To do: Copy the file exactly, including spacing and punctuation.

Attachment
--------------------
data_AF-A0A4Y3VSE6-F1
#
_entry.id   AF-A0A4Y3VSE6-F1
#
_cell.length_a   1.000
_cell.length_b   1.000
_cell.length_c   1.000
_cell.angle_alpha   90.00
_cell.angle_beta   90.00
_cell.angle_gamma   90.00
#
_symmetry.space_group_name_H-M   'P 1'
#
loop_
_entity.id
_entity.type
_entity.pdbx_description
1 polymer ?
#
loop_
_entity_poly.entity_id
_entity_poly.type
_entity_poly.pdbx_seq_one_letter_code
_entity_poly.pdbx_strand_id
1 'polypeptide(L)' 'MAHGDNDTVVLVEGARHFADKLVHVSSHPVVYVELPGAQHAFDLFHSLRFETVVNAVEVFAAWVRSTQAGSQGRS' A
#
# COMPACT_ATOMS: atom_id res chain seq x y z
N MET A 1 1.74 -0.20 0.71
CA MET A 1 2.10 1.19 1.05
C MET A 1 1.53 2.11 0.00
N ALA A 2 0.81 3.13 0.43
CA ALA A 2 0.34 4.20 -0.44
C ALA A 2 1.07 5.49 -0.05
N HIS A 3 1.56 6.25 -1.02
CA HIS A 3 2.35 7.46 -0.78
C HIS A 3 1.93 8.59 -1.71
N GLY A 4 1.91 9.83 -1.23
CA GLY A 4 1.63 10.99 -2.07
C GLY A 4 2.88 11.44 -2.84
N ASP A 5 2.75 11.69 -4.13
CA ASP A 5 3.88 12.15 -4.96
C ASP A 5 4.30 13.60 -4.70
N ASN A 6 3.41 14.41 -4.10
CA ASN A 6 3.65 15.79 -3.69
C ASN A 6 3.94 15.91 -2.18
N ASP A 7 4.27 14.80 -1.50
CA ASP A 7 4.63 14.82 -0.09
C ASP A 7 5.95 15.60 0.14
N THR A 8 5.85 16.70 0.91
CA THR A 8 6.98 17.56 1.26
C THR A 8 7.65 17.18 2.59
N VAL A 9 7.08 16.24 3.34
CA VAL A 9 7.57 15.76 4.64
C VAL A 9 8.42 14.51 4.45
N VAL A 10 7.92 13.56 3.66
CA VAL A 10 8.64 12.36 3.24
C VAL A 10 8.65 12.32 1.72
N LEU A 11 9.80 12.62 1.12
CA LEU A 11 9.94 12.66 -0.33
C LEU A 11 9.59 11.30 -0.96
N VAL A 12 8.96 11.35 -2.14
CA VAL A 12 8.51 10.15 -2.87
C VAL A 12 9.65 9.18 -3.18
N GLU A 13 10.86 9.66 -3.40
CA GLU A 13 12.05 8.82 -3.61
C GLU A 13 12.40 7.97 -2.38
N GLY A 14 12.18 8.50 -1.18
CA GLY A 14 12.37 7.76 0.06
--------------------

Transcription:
data_AF-A0A4Y3VSE6-F1
#
_entry.id   AF-A0A4Y3VSE6-F1
#
_cell.length_a   1.000
_cell.length_b   1.000
_cell.length_c   1.000
_cell.angle_alpha   90.00
_cell.angle_beta   90.00
_cell.angle_gamma   90.00
#
_symmetry.space_group_name_H-M   'P 1'
#
loop_
_entity.id
_entity.type
_entity.pdbx_description
1 polymer ?
#
loop_
_entity_poly.entity_id
_entity_poly.type
_entity_poly.pdbx_seq_one_letter_code
_entity_poly.pdbx_strand_id
1 'polypeptide(L)' 'MAHGDNDTVVLVEGARHFADKLVHVSSHPVVYVELPGAQHAFDLFHSLRFETVVNAVEVFAAWVRSTQAGSQGRS' A
#
# COMPACT_ATOMS: atom_id res chain seq x y z
N MET A 1 1.74 -0.20 0.71
CA MET A 1 2.10 1.19 1.05
C MET A 1 1.53 2.11 0.00
N ALA A 2 0.81 3.13 0.43
CA ALA A 2 0.34 4.20 -0.44
C ALA A 2 1.07 5.49 -0.05
N HIS A 3 1.56 6.25 -1.02
CA HIS A 3 2.35 7.46 -0.78
C HIS A 3 1.93 8.59 -1.71
N GLY A 4 1.91 9.83 -1.23
CA GLY A 4 1.63 10.99 -2.07
C GLY A 4 2.88 11.44 -2.84
N ASP A 5 2.75 11.69 -4.13
CA ASP A 5 3.88 12.15 -4.96
C ASP A 5 4.30 13.60 -4.70
N ASN A 6 3.41 14.41 -4.10
CA ASN A 6 3.65 15.79 -3.69
C ASN A 6 3.94 15.91 -2.18
N ASP A 7 4.27 14.80 -1.50
CA ASP A 7 4.63 14.82 -0.09
C ASP A 7 5.95 15.60 0.14
N THR A 8 5.85 16.70 0.91
CA THR A 8 6.98 17.56 1.26
C THR A 8 7.65 17.18 2.59
N VAL A 9 7.08 16.24 3.34
CA VAL A 9 7.57 15.76 4.64
C VAL A 9 8.42 14.51 4.45
N VAL A 10 7.92 13.56 3.66
CA VAL A 10 8.64 12.36 3.24
C VAL A 10 8.65 12.32 1.72
N LEU A 11 9.80 12.62 1.12
CA LEU A 11 9.94 12.66 -0.33
C LEU A 11 9.59 11.30 -0.96
N VAL A 12 8.96 11.35 -2.14
CA VAL A 12 8.51 10.15 -2.87
C VAL A 12 9.65 9.18 -3.18
N GLU A 13 10.86 9.66 -3.40
CA GLU A 13 12.05 8.82 -3.61
C GLU A 13 12.40 7.97 -2.38
N GLY A 14 12.18 8.50 -1.18
CA GLY A 14 12.37 7.76 0.06